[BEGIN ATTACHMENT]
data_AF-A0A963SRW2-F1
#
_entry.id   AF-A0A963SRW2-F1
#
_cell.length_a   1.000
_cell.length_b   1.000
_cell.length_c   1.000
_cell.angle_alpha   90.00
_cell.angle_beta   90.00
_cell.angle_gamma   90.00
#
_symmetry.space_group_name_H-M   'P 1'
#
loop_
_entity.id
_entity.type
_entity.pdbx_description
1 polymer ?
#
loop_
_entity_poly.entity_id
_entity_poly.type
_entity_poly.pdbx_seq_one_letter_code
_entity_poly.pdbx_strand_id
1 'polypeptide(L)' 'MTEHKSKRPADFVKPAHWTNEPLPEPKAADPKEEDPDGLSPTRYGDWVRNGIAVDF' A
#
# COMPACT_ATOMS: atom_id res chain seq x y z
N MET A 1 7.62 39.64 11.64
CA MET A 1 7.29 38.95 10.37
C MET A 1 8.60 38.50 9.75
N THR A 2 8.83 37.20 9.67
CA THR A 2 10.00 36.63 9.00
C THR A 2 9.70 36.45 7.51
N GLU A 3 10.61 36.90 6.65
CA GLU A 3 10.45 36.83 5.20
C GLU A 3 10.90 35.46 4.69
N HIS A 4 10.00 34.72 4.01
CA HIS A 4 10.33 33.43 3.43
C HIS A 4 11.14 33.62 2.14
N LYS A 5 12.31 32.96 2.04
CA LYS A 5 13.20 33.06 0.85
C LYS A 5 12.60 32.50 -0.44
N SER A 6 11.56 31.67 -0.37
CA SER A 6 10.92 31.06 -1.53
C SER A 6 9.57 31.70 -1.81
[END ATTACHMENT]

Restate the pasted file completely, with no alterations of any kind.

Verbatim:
data_AF-A0A963SRW2-F1
#
_entry.id   AF-A0A963SRW2-F1
#
_cell.length_a   1.000
_cell.length_b   1.000
_cell.length_c   1.000
_cell.angle_alpha   90.00
_cell.angle_beta   90.00
_cell.angle_gamma   90.00
#
_symmetry.space_group_name_H-M   'P 1'
#
loop_
_entity.id
_entity.type
_entity.pdbx_description
1 polymer ?
#
loop_
_entity_poly.entity_id
_entity_poly.type
_entity_poly.pdbx_seq_one_letter_code
_entity_poly.pdbx_strand_id
1 'polypeptide(L)' 'MTEHKSKRPADFVKPAHWTNEPLPEPKAADPKEEDPDGLSPTRYGDWVRNGIAVDF' A
#
# COMPACT_ATOMS: atom_id res chain seq x y z
N MET A 1 7.62 39.64 11.64
CA MET A 1 7.29 38.95 10.37
C MET A 1 8.60 38.50 9.75
N THR A 2 8.83 37.20 9.67
CA THR A 2 10.00 36.63 9.00
C THR A 2 9.70 36.45 7.51
N GLU A 3 10.61 36.90 6.65
CA GLU A 3 10.45 36.83 5.20
C GLU A 3 10.90 35.46 4.69
N HIS A 4 10.00 34.72 4.01
CA HIS A 4 10.33 33.43 3.43
C HIS A 4 11.14 33.62 2.14
N LYS A 5 12.31 32.96 2.04
CA LYS A 5 13.20 33.06 0.85
C LYS A 5 12.60 32.50 -0.44
N SER A 6 11.56 31.67 -0.37
CA SER A 6 10.92 31.06 -1.53
C SER A 6 9.57 31.70 -1.81